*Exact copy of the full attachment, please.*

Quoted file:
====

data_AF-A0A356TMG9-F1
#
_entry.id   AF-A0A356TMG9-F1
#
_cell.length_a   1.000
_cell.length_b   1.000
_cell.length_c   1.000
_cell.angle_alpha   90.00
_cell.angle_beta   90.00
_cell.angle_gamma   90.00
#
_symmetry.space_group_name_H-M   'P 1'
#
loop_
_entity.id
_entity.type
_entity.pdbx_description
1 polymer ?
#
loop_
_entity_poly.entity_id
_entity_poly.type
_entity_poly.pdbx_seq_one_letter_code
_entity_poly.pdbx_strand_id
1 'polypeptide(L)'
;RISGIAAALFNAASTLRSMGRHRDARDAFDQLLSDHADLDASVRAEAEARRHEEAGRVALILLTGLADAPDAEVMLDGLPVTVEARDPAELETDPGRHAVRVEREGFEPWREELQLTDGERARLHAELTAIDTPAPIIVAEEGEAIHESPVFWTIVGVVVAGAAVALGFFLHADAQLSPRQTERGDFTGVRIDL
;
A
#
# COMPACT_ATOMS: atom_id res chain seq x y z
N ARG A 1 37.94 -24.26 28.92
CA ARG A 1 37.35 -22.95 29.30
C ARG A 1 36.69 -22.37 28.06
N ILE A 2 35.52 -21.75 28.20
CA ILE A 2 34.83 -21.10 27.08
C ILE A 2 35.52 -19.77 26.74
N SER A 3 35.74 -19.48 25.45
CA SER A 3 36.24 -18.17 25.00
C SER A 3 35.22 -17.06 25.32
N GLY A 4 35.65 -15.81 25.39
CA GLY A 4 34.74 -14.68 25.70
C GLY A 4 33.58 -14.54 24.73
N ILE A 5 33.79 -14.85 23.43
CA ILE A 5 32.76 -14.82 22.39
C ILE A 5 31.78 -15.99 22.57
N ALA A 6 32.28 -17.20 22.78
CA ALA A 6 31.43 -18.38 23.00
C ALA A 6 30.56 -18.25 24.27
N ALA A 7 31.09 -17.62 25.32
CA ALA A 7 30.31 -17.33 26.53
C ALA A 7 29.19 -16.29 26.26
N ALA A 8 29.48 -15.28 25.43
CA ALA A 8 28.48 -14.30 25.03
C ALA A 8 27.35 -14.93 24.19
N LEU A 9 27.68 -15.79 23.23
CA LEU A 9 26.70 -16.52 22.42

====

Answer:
data_AF-A0A356TMG9-F1
#
_entry.id   AF-A0A356TMG9-F1
#
_cell.length_a   1.000
_cell.length_b   1.000
_cell.length_c   1.000
_cell.angle_alpha   90.00
_cell.angle_beta   90.00
_cell.angle_gamma   90.00
#
_symmetry.space_group_name_H-M   'P 1'
#
loop_
_entity.id
_entity.type
_entity.pdbx_description
1 polymer ?
#
loop_
_entity_poly.entity_id
_entity_poly.type
_entity_poly.pdbx_seq_one_letter_code
_entity_poly.pdbx_strand_id
1 'polypeptide(L)'
;RISGIAAALFNAASTLRSMGRHRDARDAFDQLLSDHADLDASVRAEAEARRHEEAGRVALILLTGLADAPDAEVMLDGLPVTVEARDPAELETDPGRHAVRVEREGFEPWREELQLTDGERARLHAELTAIDTPAPIIVAEEGEAIHESPVFWTIVGVVVAGAAVALGFFLHADAQLSPRQTERGDFTGVRIDL
;
A
#
# COMPACT_ATOMS: atom_id res chain seq x y z
N ARG A 1 37.94 -24.26 28.92
CA ARG A 1 37.35 -22.95 29.30
C ARG A 1 36.69 -22.37 28.06
N ILE A 2 35.52 -21.75 28.20
CA ILE A 2 34.83 -21.10 27.08
C ILE A 2 35.52 -19.77 26.74
N SER A 3 35.74 -19.48 25.45
CA SER A 3 36.24 -18.17 25.00
C SER A 3 35.22 -17.06 25.32
N GLY A 4 35.65 -15.81 25.39
CA GLY A 4 34.74 -14.68 25.70
C GLY A 4 33.58 -14.54 24.73
N ILE A 5 33.79 -14.85 23.43
CA ILE A 5 32.76 -14.82 22.39
C ILE A 5 31.78 -15.99 22.57
N ALA A 6 32.28 -17.20 22.78
CA ALA A 6 31.43 -18.38 23.00
C ALA A 6 30.56 -18.25 24.27
N ALA A 7 31.09 -17.62 25.32
CA ALA A 7 30.31 -17.33 26.53
C ALA A 7 29.19 -16.29 26.26
N ALA A 8 29.48 -15.28 25.43
CA ALA A 8 28.48 -14.30 25.03
C ALA A 8 27.35 -14.93 24.19
N LEU A 9 27.68 -15.79 23.23
CA LEU A 9 26.70 -16.52 22.42